Working To Our Capacity Not Others’ Needs

Other people’s needs are unlimited. Our capacity to meet them is limited.

If we plan according to other people’s needs, we will never satisfy everyone, we will never feel satisfied ourselves, and will eventually burn out. No matter how many people we visit, counsel, phone, email, evangelize there’s always more need and there’s always more we could do.  No matter the size of the congregation, big or small, there really is no end to the work that could, and even should, be done.

 

Other people’s needs are unlimited. Our capacity to meet them is limited. That’s the painful tension that we all face, especially those of us in pastoral, counseling, and care-giving callings.

If we plan according to other people’s needs, we will never satisfy everyone, we will never feel satisfied ourselves, and will eventually burn out. No matter how many people we visit, counsel, phone, email, evangelize there’s always more need and there’s always more we could do.  No matter the size of the congregation, big or small, there really is no end to the work that could, and even should, be done.

We can work 12 hours days six or seven days a week, and still feel guilty when we go to the gym, go fishing, watch some sport, or just play with our kids.

There is a way out of this though and it involves a mind-shift away from the focus on unlimited human need to our limited human capacity. Let’s take the pastor as an example (although the principles apply to every calling)

If a pastor works according to others’ unlimited needs, he will work a hundred hours a week, never meet all the need, and eventually crash and burn. Or he will work a more reasonable 40-50 hours a week, never meet all the need, and never feel at peace, never have any sense of “I’ve done a good week’s work.” Both lifestyles are miserable experiences.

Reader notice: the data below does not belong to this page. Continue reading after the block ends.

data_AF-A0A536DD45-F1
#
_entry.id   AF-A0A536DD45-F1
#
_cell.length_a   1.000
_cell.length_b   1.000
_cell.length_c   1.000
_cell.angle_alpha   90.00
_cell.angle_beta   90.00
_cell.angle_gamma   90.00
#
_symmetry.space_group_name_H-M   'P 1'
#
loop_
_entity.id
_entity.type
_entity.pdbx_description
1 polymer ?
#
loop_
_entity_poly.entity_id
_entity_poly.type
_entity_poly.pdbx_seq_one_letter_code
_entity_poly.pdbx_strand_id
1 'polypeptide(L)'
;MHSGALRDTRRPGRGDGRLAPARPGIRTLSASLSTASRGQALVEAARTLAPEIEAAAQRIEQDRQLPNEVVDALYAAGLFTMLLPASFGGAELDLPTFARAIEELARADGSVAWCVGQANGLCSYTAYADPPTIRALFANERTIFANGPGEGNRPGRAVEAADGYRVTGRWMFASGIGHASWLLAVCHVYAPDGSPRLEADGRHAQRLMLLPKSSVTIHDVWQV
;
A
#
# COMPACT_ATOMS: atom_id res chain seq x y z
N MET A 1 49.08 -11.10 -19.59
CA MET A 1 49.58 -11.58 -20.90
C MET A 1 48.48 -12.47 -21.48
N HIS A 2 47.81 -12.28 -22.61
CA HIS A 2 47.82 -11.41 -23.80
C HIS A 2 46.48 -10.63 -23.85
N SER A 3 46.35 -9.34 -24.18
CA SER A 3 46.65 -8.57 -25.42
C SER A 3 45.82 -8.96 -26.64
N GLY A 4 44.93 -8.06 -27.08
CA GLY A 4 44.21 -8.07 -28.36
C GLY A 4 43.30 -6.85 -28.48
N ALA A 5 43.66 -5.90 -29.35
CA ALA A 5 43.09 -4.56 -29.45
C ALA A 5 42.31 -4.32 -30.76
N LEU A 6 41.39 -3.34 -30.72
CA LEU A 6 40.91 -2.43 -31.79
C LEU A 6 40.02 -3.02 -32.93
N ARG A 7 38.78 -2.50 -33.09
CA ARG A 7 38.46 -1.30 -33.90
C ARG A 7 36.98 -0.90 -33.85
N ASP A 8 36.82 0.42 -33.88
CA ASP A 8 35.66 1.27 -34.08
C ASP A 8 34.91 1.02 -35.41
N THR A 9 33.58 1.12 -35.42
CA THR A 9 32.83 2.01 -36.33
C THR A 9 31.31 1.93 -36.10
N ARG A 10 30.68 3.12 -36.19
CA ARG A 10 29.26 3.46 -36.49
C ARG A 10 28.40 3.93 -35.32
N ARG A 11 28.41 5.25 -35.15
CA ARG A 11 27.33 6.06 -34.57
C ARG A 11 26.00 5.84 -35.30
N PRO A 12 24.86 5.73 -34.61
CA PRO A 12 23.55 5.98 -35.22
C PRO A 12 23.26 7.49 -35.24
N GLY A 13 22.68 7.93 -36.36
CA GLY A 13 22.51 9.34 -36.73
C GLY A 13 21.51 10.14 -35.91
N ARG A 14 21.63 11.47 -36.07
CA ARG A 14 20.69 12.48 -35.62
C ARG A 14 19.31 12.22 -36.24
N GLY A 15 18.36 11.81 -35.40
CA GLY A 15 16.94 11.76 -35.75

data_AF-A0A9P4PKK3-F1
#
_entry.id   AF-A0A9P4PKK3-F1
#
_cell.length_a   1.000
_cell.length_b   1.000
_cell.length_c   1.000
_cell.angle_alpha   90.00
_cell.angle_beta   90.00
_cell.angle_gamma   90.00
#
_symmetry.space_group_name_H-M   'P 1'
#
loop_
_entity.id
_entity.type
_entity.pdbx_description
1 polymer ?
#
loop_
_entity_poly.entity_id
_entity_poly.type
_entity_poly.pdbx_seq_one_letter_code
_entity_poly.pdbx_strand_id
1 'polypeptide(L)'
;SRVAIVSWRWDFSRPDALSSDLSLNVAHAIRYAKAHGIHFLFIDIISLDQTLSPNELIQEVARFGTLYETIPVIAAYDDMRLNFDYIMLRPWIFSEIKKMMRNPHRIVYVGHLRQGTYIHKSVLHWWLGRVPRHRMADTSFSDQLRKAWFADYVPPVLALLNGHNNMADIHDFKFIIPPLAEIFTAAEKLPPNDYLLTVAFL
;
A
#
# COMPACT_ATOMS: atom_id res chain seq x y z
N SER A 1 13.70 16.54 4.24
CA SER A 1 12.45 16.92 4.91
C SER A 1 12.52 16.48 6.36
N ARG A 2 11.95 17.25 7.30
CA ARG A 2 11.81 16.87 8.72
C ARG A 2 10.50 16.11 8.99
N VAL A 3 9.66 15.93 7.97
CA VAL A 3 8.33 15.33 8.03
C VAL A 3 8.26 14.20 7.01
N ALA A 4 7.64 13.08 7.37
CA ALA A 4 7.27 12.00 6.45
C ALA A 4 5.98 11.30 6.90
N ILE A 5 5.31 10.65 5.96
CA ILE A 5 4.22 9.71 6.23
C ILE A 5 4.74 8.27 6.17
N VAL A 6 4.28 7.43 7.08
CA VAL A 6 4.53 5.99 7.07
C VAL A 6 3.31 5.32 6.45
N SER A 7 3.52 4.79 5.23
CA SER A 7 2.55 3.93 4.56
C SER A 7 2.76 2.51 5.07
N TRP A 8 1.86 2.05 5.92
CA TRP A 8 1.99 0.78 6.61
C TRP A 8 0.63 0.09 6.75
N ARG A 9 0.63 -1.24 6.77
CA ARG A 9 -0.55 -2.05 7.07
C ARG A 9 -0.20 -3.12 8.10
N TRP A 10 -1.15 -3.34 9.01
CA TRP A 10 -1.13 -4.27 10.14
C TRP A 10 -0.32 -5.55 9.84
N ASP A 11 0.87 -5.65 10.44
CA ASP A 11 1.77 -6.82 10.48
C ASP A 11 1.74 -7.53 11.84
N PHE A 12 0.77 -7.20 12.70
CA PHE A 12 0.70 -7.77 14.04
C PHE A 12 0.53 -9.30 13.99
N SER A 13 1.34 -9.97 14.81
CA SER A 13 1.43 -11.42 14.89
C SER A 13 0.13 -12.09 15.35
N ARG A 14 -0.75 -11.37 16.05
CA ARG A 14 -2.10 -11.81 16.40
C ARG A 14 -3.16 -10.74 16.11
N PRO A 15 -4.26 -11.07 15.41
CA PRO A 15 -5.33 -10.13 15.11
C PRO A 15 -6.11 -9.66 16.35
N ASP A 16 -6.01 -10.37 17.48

If he works according to his capacity though, there’s the very real and hopeful prospect that he will meet the biggest needs, work without burning out, and have the great blessing of inner peace over how much he has accomplished each week. Here’s how.

Pastoral Visitation
Every pastor should discuss his personal capacity with his elders. For example, the pastor might look at his congregation and say to his elders: “I have eighty families or eighty homes represented in my congregation. I believe I have the capacity to visit one evening a week and each evening of visitation, if well-planned, can cover two families. That means in the course of each year, I will visit every family or home in our congregation once.”

Sick and Senior Visitation
Then they might discuss the housebound seniors and the sick. If there are, say, about ten seniors or sick people in the congregation at any one time, then perhaps the pastor might propose that he visits them one afternoon a week; and each afternoon he will visit one or two housebound seniors and one or two sick people. These visits will be briefer because more regular and because some of them will be hospital visits. But it will mean that he will visit the sick every week or so and the housebound seniors every month or two.

Evangelism
Depending on the nature of the church situation — church plant or established church — the pastor should set some evangelism targets. Maybe start at even just one or two evangelistic conversations a week. It doesn’t matter where it takes place — over the fence, at the game, in the coffee shop, etc. Even if this is all that is accomplished, that’s fifty or so witnessing opportunities a year.

Committees/Evening Meetings